Testing the Hyperloop
Tubular transportation has edged closer to reality. Hyperloop One, the company racing to fulfill Elon Musk’s vision of a new kind of transit system, shot a test pod through a prototype version of the loop over the weekend.
The pod, which is 28-feet long and constructed of aluminum and carbon fiber, “looks a bit like a bus with a beak,” writes Alex Davies in Wired. “A fast bus with a beak. Once loaded into a 1,600-foot-long concrete tube in the Nevada desert, the pod hit 192 mph in about 5 seconds, using an electric propulsion system producing more than 3,000 horsepower.”
That’s unquestionably impressive. I’m glad to see the project moving forward, even if the first test is only a short hop.
Facebook Buys AI Startup to Improve Messenger
Facebook is apparently hoping to make its Messenger app smarter and more appealing. Early this week, the social network announced that it had acquired Ozlo, an AI startup that could help Messenger evolve into a digital personal assistant.
“Ozlo, which developed the Ozlo app for iOS and Android, specializes in understanding ambiguous phrases in subjective text-based conversations – for example, determining whether a restaurant is ‘group friendly’ or serves good oysters,” writes Rayna Hollander in Business Insider.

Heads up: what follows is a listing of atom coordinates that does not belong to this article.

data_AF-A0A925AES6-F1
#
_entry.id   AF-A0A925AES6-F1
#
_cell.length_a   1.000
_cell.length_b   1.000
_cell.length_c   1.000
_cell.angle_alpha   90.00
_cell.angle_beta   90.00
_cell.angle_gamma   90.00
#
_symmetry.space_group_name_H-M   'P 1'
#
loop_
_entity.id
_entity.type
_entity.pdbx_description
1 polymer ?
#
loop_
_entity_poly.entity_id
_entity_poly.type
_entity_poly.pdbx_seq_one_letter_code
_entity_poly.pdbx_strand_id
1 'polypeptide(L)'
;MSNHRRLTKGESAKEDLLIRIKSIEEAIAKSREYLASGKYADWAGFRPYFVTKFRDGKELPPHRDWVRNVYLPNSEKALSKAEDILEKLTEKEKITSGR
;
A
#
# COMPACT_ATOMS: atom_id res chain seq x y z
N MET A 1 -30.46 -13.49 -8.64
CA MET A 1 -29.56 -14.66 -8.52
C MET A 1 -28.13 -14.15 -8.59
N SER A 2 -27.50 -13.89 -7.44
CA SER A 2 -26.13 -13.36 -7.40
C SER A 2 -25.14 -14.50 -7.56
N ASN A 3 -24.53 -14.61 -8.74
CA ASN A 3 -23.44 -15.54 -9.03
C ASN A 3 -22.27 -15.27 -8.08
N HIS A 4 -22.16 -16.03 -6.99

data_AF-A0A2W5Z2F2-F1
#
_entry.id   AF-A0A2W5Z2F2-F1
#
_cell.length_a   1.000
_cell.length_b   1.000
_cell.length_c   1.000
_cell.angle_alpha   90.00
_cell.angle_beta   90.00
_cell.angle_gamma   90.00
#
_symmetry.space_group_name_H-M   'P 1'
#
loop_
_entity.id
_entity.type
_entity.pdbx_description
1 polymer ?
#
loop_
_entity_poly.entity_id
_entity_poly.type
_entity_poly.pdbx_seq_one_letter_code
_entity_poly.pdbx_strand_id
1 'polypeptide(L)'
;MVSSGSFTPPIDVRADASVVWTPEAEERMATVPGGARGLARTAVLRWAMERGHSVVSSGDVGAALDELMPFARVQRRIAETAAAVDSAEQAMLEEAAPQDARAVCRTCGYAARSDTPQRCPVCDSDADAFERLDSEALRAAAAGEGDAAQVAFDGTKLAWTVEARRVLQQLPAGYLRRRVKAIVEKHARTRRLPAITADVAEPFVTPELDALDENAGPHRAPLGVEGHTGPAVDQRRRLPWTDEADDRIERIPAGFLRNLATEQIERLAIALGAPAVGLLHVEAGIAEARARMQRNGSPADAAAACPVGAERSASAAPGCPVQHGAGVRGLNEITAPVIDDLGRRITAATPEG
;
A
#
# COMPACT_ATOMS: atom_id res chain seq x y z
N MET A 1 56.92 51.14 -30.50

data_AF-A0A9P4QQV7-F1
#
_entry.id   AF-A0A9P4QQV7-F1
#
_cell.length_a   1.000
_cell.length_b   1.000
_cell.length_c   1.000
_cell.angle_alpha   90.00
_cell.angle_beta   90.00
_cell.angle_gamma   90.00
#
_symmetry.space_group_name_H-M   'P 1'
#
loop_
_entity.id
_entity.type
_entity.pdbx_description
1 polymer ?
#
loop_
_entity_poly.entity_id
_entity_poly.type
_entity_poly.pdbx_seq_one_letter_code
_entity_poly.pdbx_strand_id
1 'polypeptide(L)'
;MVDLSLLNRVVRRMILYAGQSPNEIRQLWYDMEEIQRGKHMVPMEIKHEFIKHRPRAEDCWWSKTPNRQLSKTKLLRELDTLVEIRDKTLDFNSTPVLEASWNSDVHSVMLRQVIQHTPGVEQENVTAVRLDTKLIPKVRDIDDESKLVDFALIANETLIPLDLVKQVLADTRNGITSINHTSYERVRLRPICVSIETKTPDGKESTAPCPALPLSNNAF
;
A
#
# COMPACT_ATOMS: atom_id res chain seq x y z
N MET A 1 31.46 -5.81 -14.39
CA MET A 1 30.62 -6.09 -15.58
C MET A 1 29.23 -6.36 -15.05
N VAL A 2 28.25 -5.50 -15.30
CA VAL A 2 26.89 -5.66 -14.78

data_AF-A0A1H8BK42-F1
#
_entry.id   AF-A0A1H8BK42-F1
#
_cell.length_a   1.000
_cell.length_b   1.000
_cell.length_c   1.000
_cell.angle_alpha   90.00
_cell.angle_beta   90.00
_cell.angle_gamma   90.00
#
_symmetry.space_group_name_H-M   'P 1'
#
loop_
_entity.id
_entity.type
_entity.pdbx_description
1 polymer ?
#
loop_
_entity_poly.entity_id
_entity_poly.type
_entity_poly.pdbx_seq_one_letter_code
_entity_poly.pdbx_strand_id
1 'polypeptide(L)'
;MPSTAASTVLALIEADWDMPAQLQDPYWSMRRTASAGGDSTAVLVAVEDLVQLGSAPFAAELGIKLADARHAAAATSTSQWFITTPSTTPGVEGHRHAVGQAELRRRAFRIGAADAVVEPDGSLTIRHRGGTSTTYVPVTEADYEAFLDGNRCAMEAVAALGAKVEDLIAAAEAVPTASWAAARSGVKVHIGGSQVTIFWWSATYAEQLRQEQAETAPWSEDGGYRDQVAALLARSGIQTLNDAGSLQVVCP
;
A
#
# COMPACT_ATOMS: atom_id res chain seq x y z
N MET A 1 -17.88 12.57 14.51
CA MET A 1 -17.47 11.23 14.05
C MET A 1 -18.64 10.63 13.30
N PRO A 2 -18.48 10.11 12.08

This is interesting news, since it clearly indicates that Facebook wants to be a seen as a serious competitor in the virtual assistant space.
The New Normal: Cyber Attacks as Statecraft
A former White House cyber advisor says it’s time to wake up and accept the fact that cyber attacks have become a normal part of international relations.
“More and more countries are beginning to incorporate cyber capabilities into their tools of statecraft. We need to recognize that it is going to become a tool of statecraft, not just for the U.S. and the high-end players like Russia, China, Israel, and Great Britain, but for almost everybody,” said Michael Daniel, former top cyber advisor for President Obama, in an interview with MIT Technology Review. “As a result, we need to begin to think through how we set up norms of behavior and rules of the road.”
I recommend reading the interview, and I’m interested in your opinions. Is he overstating or understating the case? In any event, I think he’s right when he recommends greater cooperation between the private and public sectors. From the perspective of a cyber attacker, the difference between “private” and “public” is essentially meaningless.